Bagans put it on the market for $2.2 million in October and trimmed the price to $2 million before finding a buyer in June who, according to listing agent Arto Poladian, plans to make some updates to the 99-year-old abode.

How does one market a house with such a dark past? In this case, a mix of strategic wording and the help of a real estate market with a shortage of homes and an abundance of buyers.

L.A.’s wild new Apple Store

Man stands to the right with ornate building interior behind.
Doo Ho Lee, Apple’s director of store design for the Americas, stands on the balcony level of the new Apple Tower Theatre store and event space in downtown Los Angeles.
(Mel Melcon / Los Angeles Times)

The Broadway theater that introduced Angelenos to “talkie” movies nearly a century ago threw open its doors Thursday in a vastly different entertainment era as a gilded Apple store, writes commercial real estate reporter Roger Vincent. The tech giant intends the retail and event space to be one of its most prominent and a symbol of its emergence as a creative force in Hollywood.

Downtown Los Angeles backers hope the high-profile store debut will inspire other retailers to open in the city center, where many businesses were hit hard by pandemic-related closures that robbed streets of life and kept people out of their establishments.

The converted cinema is an amped-up and reimagined version of Apple’s normal store format, meant to showcase the company’s multiple content creation visions: There’s plenty of tech to buy, but Apple also plans programs, classes and other events involving well-known filmmakers, musicians and artists.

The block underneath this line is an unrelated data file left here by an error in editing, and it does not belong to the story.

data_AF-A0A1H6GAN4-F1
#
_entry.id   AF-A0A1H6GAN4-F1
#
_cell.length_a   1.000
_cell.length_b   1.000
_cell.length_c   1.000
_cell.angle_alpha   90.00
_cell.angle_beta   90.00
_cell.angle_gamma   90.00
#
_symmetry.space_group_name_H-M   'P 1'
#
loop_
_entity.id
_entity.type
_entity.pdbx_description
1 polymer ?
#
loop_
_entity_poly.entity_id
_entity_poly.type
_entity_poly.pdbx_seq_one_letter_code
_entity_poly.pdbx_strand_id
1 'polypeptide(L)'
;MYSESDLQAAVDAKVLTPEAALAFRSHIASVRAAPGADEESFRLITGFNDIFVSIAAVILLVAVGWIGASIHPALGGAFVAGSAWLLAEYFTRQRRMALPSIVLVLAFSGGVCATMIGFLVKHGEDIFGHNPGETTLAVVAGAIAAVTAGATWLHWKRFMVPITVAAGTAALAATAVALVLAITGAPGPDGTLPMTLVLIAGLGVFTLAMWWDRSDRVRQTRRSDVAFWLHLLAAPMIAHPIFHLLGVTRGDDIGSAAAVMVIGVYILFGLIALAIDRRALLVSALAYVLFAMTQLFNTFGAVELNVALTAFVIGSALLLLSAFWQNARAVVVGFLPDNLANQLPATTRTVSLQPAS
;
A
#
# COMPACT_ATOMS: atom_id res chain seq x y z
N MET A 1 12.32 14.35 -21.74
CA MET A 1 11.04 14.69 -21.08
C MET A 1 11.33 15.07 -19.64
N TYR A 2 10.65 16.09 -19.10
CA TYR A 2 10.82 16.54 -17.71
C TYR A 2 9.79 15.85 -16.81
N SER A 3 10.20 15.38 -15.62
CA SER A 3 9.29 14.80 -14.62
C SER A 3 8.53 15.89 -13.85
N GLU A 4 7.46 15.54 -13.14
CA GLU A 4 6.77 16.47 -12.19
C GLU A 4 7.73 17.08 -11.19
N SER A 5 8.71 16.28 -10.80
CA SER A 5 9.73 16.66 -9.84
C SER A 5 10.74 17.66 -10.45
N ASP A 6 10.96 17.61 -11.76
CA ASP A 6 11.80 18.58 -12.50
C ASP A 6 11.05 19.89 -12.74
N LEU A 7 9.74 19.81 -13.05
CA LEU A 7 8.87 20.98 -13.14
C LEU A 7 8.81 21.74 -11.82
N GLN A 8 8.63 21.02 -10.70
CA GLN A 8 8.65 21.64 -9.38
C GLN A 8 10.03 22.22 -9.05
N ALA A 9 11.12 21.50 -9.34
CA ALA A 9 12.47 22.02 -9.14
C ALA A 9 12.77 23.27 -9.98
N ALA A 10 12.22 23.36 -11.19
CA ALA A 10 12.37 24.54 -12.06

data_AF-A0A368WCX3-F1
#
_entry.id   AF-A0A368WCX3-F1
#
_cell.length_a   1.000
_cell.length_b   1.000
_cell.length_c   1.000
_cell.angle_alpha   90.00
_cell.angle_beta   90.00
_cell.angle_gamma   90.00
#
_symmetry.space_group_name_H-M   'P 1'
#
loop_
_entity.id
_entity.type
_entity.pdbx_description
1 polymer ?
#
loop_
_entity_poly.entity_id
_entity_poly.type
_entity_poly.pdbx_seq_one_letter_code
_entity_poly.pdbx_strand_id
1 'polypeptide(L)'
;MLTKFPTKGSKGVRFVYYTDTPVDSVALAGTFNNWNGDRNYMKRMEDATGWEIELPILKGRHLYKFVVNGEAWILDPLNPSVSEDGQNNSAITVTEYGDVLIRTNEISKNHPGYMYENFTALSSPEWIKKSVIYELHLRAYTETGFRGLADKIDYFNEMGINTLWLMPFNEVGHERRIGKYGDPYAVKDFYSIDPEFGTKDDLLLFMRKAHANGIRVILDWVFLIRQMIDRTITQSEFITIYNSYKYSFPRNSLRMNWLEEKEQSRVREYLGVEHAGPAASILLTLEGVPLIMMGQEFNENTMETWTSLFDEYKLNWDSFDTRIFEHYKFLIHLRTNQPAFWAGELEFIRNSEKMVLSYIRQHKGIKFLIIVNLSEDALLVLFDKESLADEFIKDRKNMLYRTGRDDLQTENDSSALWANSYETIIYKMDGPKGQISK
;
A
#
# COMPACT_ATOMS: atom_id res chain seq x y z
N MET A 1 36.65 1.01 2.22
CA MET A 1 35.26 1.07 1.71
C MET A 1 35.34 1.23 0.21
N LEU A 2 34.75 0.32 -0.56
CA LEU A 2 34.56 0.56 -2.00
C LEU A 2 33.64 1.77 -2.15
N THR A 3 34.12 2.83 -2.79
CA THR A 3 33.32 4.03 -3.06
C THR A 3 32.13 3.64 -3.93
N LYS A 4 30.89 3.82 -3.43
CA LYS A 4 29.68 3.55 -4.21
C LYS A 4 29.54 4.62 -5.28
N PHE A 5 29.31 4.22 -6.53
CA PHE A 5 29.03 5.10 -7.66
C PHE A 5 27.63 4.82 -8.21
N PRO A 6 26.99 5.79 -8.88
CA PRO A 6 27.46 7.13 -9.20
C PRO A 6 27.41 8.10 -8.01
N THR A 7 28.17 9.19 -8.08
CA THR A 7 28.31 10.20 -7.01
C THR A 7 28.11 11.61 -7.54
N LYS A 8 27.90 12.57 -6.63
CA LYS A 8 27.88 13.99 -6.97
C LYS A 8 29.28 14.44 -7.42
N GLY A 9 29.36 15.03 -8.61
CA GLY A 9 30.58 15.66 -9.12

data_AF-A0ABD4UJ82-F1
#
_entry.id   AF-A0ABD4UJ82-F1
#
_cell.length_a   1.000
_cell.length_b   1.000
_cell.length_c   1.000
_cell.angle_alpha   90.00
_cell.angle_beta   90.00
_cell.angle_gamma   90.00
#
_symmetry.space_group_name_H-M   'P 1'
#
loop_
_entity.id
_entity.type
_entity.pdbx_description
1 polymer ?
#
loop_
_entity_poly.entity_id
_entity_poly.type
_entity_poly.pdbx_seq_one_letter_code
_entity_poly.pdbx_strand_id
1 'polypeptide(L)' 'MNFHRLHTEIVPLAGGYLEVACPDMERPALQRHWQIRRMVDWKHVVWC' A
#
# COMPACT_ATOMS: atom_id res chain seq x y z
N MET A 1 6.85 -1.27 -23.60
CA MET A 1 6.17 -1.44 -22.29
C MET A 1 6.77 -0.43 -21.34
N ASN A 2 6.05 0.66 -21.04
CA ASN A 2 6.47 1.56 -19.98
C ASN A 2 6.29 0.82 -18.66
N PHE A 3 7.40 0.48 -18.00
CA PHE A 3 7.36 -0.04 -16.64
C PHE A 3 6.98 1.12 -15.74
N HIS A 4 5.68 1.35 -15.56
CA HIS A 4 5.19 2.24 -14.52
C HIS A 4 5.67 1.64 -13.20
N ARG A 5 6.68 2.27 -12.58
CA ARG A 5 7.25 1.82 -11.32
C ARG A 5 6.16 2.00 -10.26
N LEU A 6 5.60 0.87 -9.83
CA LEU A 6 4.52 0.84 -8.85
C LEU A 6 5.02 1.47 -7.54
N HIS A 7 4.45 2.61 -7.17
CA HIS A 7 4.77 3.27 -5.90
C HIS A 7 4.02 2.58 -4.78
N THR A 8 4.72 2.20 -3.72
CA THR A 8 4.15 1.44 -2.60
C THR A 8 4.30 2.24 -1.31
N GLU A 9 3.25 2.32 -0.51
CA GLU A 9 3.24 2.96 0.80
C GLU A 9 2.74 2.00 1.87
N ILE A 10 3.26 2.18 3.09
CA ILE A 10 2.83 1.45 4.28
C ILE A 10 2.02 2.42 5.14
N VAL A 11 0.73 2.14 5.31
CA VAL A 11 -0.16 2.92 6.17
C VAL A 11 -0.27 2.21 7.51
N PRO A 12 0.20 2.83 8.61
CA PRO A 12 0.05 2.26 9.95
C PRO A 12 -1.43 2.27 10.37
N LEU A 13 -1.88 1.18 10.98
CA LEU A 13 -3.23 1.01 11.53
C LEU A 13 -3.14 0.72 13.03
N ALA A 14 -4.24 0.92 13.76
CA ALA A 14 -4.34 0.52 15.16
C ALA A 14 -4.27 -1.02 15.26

Apple wouldn’t say how much it spent renovating the once-derelict Tower Theatre, but the evidently multimillion-dollar makeover was in the works for more than three years and included painstaking restoration of many of the theater’s original features, such as ceiling murals of ethereal cloud-patched skies.

ArcLight fades, Regal rises

Night view of lighted mall storefronts
A view of the Sherman Oaks Galleria along Ventura Boulevard in the San Fernando Valley.
(Wally Skalij / Los Angeles Times)

The long-dark ArcLight Cinemas in the storied Sherman Oaks Galleria will be brought back to life as an upscale Regal Cinemas complex as theater owners gear up to serve movie fans returning from pandemic exile, write Roger Vincent and Ryan Faughnder.

It is the first ArcLight branch to be rebranded since the popular cinema chain operated by Pacific Theatres announced in April that it was going out of business and would not reopen its theaters after closing them more than a year ago to meet COVID-19 restrictions on indoor businesses.

Regal Cinemas signed a lease Friday with mall landlord Douglas Emmett Inc. to take over the vacant theaters in the Galleria and reopen them soon, real estate brokerage JLL said. Terms of the lease were not disclosed.

Regal was one of a dozen theater operators competing to get into the Galleria, JLL property broker Shauna Mattis said, a show of investor support for the cinema industry that took heavy losses during the pandemic when customers were trapped at home.

What we’re reading

A custom house with the click of a button: that’s what two major homebuilders are offering with their new pilot programs. CNBC reports on the latest e-commerce trend where buyers can choose, design and finance a home in one sitting online. Within six weeks of launch, one company saw 1,500 shopping cart entries and a staggering 60% conversion to sales.

The latest celebrity house tour is in, and it’s a doozy. Architectural Digest took a look at Cara Delevingne’s place in L.A., and it comes with a tented poker room, a ball pit, a costume room, two in-ground trampolines and an “attic party bunker” with a mirrored ceiling, tasseled swing and stripper pole.